I'm guessing she is about 4", but haven't had a chance to measure her officially yet. The 10 gal I have her in is half height, about 8" tall in total. I was going to put 3"-4" of substrate to give her a chance to burrow should she choose to. I was also planning on using a very low-maintenance live option, such as a cactus (native to our area) or succulent - both of which require very little upkeep. If she uproots it, I can take the hint and but remove it lol
 
If your Hentzi is anything like my Johnnicashii or chalcodes, then planting live would be a lovely idea, but expect some enclosure topography adaption by your Aponothelma. Live planting is NEVER a bad idea, even if the way it's implemented is not great. But if you are going to plant based upon your local topography & your based upon the local environment where this species actually lives then that will be great for it.

I live in the UK & can only dream about giving Hohokam, my chalcodes a decent Sonoran Dessert environment.
I'm hoping to mimic her natural environment as much as possible, and we have lots of cactus out here! She has so little substrate in there right now, that she hasn't had an opportunity to rearrange the topography yet haha but I fully expect for her to do some bulldozing and rearranging as soon as I get her new, dried substrate in there. I just fed her this morning, so I'm waiting for her to finish her meal before I disrupt her living space.
 
I will echo this statement

As someone with an A. hentzi, I can confirm that they may very well dig up the live plants. Mine seems to burrow quite extensively.
In addition to the live plants, I was going to offer her 3"-4" inches of substrate so that she could burrow if she wanted to. If she ends up digging up the plants, I will follow her cues and just remove the plants. Thanks for your insight! What sex is your a. hentzi? We typically capture MM each year during their "migration season" as it's referred to locally. I don't believe I've ever seen a female before, but since their "migration season" is typically September/October where we live, I'm inclined to believe that this is a female that we've found. She's much lighter in color than the MM we see each year, and quite a bit stockier. If we have found a female, I'm excited, as they tend to live for a loooonnnngggg time! ☺
 
I am not disagreeing with you, as I am always open to learning. But would desert species of plants require extra maintenance? I keep a few houseplants & my desert species of plants require very little maintenance. And they are thus normally really easy plants to care for. Also my chalcodes, especially, loves human interaction.

From a UK perspective I but my Coco Soil from poundland, so it is VERY cheap, is substrate really that much more expensive over there? (I know your T's are expensive by comparison to Europe.)

I keep my big Lasiodora parahybana lady in a clear (ish) plastic box & although not really as clear as my Komodo (etc) enclosures, it does give a reasonable view of her. So would second that plastic bin idea. I also have some smaller T's in Deli tubs & food tubs. Even a couple in plastic screw top jars.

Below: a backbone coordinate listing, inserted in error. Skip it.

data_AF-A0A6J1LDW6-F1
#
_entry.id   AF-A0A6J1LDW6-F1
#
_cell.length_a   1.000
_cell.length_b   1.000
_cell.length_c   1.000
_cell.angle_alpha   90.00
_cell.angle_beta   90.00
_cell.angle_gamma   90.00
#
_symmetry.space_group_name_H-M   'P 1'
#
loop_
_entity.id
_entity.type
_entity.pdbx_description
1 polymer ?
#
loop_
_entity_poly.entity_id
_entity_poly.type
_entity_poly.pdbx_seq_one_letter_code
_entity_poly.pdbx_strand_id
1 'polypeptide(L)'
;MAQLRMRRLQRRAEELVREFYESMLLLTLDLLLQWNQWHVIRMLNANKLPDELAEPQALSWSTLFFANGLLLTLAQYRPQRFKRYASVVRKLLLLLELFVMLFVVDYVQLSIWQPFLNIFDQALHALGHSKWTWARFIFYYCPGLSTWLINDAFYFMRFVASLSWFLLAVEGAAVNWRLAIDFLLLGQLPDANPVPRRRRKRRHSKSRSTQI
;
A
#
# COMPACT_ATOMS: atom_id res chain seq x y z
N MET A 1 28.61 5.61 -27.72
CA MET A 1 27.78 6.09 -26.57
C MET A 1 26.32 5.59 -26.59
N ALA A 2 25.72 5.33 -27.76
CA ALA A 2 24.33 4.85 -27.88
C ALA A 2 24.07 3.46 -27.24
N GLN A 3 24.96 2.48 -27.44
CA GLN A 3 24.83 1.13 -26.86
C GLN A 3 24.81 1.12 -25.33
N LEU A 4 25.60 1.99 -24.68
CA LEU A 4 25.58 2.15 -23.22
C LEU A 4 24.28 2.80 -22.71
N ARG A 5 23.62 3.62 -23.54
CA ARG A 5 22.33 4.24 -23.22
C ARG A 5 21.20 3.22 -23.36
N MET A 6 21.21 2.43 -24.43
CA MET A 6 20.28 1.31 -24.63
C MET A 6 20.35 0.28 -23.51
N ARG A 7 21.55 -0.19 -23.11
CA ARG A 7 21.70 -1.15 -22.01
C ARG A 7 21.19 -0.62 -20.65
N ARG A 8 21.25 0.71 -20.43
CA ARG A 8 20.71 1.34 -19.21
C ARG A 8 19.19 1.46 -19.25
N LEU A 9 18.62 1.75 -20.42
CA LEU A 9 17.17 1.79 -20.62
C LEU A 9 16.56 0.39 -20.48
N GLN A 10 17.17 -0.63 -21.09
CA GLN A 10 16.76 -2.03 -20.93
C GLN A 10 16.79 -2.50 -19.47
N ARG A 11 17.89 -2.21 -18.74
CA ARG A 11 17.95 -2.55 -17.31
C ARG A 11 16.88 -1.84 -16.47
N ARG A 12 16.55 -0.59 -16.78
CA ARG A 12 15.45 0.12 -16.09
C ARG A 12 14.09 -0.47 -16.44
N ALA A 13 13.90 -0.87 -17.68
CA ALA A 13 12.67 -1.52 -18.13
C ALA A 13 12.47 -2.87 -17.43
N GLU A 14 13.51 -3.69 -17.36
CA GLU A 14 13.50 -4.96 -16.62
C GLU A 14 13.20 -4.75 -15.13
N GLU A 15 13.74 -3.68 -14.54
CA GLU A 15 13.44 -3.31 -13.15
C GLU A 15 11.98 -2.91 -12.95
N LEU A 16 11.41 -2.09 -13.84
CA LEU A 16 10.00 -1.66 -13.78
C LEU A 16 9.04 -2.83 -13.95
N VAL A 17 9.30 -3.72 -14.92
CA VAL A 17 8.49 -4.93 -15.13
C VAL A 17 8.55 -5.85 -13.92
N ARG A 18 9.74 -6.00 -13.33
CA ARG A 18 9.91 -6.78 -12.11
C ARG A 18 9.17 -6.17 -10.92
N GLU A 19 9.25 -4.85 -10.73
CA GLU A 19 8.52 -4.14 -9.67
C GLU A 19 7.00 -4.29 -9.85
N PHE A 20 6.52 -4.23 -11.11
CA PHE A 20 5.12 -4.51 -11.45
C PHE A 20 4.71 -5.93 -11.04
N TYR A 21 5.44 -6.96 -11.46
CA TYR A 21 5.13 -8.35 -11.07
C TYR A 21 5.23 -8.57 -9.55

I don't think our substrate is super expensive here. I bought the compressed brick kind and reconstituted it, and it should be plenty enough to fill her enclosure and give me some extra for when I need to replace the substrate in the other Ts enclosures I have. This one in particular is a clear glass half-height 10 gal tank specifically designed for terrestrial Ts
 

PanzoN88

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3 Year Member
In addition to the live plants, I was going to offer her 3"-4" inches of substrate so that she could burrow if she wanted to. If she ends up digging up the plants, I will follow her cues and just remove the plants. Thanks for your insight! What sex is your a. hentzi? We typically capture MM each year during their "migration season" as it's referred to locally. I don't believe I've ever seen a female before, but since their "migration season" is typically September/October where we live, I'm inclined to believe that this is a female that we've found. She's much lighter in color than the MM we see each year, and quite a bit stockier. If we have found a female, I'm excited, as they tend to live for a loooonnnngggg time! ☺
AF (adult female), they are relatively small usually under 5" DLS (diagonal legspan), usually around 4-4 1/2" DLS). Females of this species are very underrated, wait...let me rephrase that, Aphonopelma hentzi in general are very underrated.

I'll try to get a recent picture of mine for reference.
 
AF (adult female), they are relatively small usually under 5" DLS (diagonal legspan), usually around 4-4 1/2" DLS). Females of this species are very underrated, wait...let me rephrase that, Aphonopelma hentzi in general are very underrated.

I'll try to get a recent picture of mine for reference.
I estimate that mine is about 4" DLS and very light colored. Typically, the MM that we catch are quite large, very spindly, and have dark black legs. This one is quite a bit lighter than that, and also has a stockier build. I agree with you that they are very underrated! I will also try to get a decent picture of mine as well